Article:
Rick Barrett and Patrick Marley - Milwaukee Journal Sentinel
The state Public Service Commission will launch $100 million in broadband grant funding in the next two weeks from the federal American Rescue Plan Act, Gov. Tony Evers said Tuesday.
It's the initial batch of federal funds to be allocated for expanding high-speed internet service across the state, according to the governor, and it's more than the state has spent on broadband expansion grants since 2013.
Evers said he's also urged the Legislature to allocate about an additional $200 million for broadband access and assistance to low-income households struggling with their internet bills.
"This isn't a question of providing federal or state funding for broadband. We must do both to ensure folks can get connected," the governor said in a news release.
The Federal Communications Commission estimates there are about 400,000 homes and businesses in Wisconsin -- about 22% of the rural population -- lacking access to broadband, meaning an internet connection able to handle minimum download speeds of 25 megabits per second and uploads of 3 Mbps, sufficient for ordinary tasks such as streaming a video.
By comparison, only about 0.23% of the state's urban areas have the same problem.
Under the American Rescue Plan, eligible projects are expected to deliver upload and download speeds of 100 Mbps, not uncommon for what's available in cities but a big step up for most rural areas.
Where that's not possible, due to excessive costs, the plan allows for 100 Mbps downloads and 20 Mbps uploads, still a big improvement for places struggling with internet speeds a tenth of that level.
Since state broadband expansion grants were first announced in 2013, the Public Service Commission has awarded $78 million for 279 projects. This spring alone, it approved $28 million in grants, the highest dollar amount in any single round of the subsidies.
Forty-nine of the 58 recent grants were for fiber-optic cable to homes and businesses, considered the best technology for future-proof service.
Most of the state-funded projects in the last few years delivered speeds that met or exceeded the FCC's definition of broadband, according to the Public Service Commission, although it's difficult to verify because the grant recipients aren't required to make the information public.Your stories live here.Fuel your hometown passion and plug into the stories that define it.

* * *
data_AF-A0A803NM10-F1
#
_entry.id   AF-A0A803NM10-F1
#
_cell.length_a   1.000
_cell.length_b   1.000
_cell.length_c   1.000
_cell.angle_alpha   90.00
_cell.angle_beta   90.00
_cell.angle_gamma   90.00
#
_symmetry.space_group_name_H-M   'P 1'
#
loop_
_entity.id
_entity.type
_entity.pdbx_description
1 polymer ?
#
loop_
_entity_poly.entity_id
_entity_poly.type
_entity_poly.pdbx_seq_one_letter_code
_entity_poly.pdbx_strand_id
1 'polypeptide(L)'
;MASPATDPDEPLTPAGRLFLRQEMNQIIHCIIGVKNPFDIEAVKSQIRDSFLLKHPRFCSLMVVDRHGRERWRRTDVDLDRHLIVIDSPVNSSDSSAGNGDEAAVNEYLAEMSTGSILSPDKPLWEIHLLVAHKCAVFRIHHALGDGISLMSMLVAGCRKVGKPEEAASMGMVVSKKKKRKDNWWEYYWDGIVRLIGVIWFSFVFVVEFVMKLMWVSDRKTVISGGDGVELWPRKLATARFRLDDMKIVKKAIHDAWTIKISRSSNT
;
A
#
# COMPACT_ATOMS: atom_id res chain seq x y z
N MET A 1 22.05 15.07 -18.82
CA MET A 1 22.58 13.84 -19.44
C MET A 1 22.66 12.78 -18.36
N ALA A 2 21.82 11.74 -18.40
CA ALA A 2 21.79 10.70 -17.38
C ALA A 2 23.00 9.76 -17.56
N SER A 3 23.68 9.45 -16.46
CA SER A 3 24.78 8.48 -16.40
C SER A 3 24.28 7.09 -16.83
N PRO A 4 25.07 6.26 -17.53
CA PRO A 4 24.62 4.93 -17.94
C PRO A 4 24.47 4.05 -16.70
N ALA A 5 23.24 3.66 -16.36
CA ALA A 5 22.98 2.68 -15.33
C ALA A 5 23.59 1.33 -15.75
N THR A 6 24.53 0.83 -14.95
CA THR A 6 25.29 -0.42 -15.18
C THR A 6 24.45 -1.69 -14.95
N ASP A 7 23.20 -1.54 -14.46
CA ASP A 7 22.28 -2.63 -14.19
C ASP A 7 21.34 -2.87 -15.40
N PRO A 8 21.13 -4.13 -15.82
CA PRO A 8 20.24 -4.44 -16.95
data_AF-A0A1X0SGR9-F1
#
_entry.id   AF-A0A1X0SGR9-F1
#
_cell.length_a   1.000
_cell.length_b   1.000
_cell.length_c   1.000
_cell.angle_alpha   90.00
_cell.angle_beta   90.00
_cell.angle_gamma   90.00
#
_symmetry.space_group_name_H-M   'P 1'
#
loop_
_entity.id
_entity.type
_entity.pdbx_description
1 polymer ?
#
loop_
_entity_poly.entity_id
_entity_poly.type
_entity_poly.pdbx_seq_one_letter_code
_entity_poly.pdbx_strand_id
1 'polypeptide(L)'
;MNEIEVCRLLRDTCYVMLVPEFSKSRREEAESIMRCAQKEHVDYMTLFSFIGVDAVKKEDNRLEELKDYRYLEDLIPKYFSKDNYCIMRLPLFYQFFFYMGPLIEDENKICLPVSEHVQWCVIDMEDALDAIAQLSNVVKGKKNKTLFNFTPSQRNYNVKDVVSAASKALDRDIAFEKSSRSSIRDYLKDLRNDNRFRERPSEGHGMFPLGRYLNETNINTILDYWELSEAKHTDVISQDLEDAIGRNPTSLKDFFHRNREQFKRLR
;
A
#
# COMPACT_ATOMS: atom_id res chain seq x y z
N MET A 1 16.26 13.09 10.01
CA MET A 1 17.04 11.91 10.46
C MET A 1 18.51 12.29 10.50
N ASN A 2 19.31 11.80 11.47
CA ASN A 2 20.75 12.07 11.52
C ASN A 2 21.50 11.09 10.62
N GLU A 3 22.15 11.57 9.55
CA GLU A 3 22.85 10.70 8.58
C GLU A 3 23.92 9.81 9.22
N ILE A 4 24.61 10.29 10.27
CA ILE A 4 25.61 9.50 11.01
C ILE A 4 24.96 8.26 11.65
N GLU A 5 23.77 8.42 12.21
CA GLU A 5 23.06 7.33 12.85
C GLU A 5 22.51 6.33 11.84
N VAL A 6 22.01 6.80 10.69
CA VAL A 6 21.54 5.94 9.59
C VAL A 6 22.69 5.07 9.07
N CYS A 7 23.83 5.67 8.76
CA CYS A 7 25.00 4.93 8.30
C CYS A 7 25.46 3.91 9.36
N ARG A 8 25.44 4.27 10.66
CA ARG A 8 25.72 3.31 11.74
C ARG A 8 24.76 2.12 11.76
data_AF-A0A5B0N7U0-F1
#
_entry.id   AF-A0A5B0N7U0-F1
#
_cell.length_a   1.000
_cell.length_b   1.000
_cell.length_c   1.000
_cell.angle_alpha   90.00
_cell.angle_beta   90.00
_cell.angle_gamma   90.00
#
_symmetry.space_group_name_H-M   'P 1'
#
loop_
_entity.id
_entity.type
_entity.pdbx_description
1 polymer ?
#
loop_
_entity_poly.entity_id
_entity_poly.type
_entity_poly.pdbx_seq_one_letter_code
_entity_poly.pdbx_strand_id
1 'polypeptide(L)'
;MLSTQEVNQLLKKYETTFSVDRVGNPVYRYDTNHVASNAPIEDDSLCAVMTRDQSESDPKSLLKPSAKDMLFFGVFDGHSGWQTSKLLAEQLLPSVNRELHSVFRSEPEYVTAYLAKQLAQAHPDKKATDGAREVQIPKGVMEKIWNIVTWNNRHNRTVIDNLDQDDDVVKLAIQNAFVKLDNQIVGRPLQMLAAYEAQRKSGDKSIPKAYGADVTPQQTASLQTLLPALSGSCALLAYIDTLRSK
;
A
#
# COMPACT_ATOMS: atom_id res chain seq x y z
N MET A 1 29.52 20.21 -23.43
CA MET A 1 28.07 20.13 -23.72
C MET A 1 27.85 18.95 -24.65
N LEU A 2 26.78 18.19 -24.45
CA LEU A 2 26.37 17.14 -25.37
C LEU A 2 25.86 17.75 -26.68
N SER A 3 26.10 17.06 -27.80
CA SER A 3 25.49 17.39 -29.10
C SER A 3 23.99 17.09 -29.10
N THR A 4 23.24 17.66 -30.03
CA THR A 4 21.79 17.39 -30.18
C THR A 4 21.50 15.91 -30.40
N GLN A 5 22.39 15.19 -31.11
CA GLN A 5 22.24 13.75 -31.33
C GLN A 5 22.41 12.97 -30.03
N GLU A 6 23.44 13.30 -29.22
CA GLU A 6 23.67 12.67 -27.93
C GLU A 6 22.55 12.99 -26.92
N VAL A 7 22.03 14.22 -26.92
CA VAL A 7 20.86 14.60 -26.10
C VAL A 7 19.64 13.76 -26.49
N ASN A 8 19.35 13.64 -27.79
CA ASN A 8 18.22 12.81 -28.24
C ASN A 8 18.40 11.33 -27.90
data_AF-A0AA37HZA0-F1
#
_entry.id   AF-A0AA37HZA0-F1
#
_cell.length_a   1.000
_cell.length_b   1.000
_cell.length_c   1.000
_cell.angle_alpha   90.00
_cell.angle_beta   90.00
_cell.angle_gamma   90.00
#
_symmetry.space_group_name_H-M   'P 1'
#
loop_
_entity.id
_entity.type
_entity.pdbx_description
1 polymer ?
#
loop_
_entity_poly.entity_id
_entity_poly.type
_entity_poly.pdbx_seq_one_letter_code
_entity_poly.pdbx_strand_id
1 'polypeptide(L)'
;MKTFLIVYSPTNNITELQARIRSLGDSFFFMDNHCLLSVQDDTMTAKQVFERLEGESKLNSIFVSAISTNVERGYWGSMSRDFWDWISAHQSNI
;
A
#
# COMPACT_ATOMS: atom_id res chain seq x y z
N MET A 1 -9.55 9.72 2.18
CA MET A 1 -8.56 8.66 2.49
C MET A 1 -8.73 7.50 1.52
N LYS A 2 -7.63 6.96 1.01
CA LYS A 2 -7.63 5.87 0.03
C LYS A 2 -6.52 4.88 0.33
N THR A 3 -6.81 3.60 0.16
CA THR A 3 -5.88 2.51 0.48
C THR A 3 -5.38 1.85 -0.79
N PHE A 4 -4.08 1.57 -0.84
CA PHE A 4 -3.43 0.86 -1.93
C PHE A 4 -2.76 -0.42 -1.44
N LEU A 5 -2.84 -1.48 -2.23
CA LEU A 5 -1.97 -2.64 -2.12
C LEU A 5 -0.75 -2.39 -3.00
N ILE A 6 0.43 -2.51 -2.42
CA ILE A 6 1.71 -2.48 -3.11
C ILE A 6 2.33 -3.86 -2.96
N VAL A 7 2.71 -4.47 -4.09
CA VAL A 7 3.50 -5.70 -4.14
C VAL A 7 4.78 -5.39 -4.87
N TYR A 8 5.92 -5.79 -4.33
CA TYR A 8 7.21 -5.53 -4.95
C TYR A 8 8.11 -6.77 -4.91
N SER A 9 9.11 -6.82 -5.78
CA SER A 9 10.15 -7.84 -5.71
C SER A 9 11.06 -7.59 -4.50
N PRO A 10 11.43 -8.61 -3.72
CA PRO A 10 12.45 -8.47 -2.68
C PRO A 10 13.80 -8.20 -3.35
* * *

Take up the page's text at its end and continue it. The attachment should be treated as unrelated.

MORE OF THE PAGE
The agency says it will open up the application process, and post eligibility guidelines, for this first round of federal funding on June 1, with applications due on July 27.
"We are committed to getting the funding awarded quickly and efficiently while continuing to be good stewards of public dollars," said PSC Chairperson Rebecca Cameron Valcq.
State officials have estimated it could cost between $700 million and $1.4 billion to get broadband speeds to everyone in Wisconsin, and that only accounts for the infrastructure, not operational expenses.
The wide range of the estimate reflects uncertainty of the actual number of people lacking service, since flawed state and federal data has overstated broadband availability for many years.
Part of the problem is if even one home in a census block has access, the FCC considers the entire block served. And, in rural areas, some of those blocks are hundreds of square miles.
As a result, the agency's maps portray large sections of the country as having high-speed internet, when in reality, they probably don't.
Republican Sen. Howard Marklein of Spring Green, a co-chairman of the Legislature’s budget committee, said Tuesday he would be willing to put some state funding toward broadband. He noted some projects likely won’t offer high enough speeds to qualify for the federal funding that Evers is making available.
“I think the federal money and some of the federal programs that are out there right now are a great incentive. They’re going to impact a lot of people but there are going to be areas that I don’t think they’re going to get the federal dollars,” he told reporters. “So I think there’s a role for a Wisconsin state grant program.”https://33f549471411d53d1373e89ab33a8219.safeframe.googlesyndication.com/safeframe/1-0-38/html/container.html
Marklein said Republicans who control the Legislature haven’t decided how much in state funding to put toward broadband. The Joint Finance Committee is to take up the issue on Thursday.
Legislators have proposed changes in the Public Service Commission’s broadband grant program, giving preference to projects pledging speeds of 900 Mbps or higher, much like the fastest service available in cities. The minimum speeds allowed in the current grant cycle are 25 Mbps downloads and 3 Mbps uploads.
Grant recipients would be required to submit a report verifying the accuracy of advertised speeds for their state-funded projects, and that each project was reaching subscribers.
“If we are going to be spending public money, we should make sure that it’s for high quality, future proof service,” said state Rep. Rob Summerfield (R-Bloomer).
Priority would be given to projects that have at least 50% matching funds, with a 40% match as the minimum in order to get state assistance. Also, the Public Service Commission would be required to provide technical support to communities seeking improved internet service.
Every internet service provider that receives a state grant would have to disclose their coverage area data to the PSC annually, in order to improve state broadband maps that are used by the agency when awarding grants.
Wisconsin is expected to receive approximately $2.5 billion in direct payments under the American Rescue Plan Act of 2021. In addition to broadband, the funding may be used for water and sewer infrastructure improvements. The funding supports costs incurred before the end of 2024.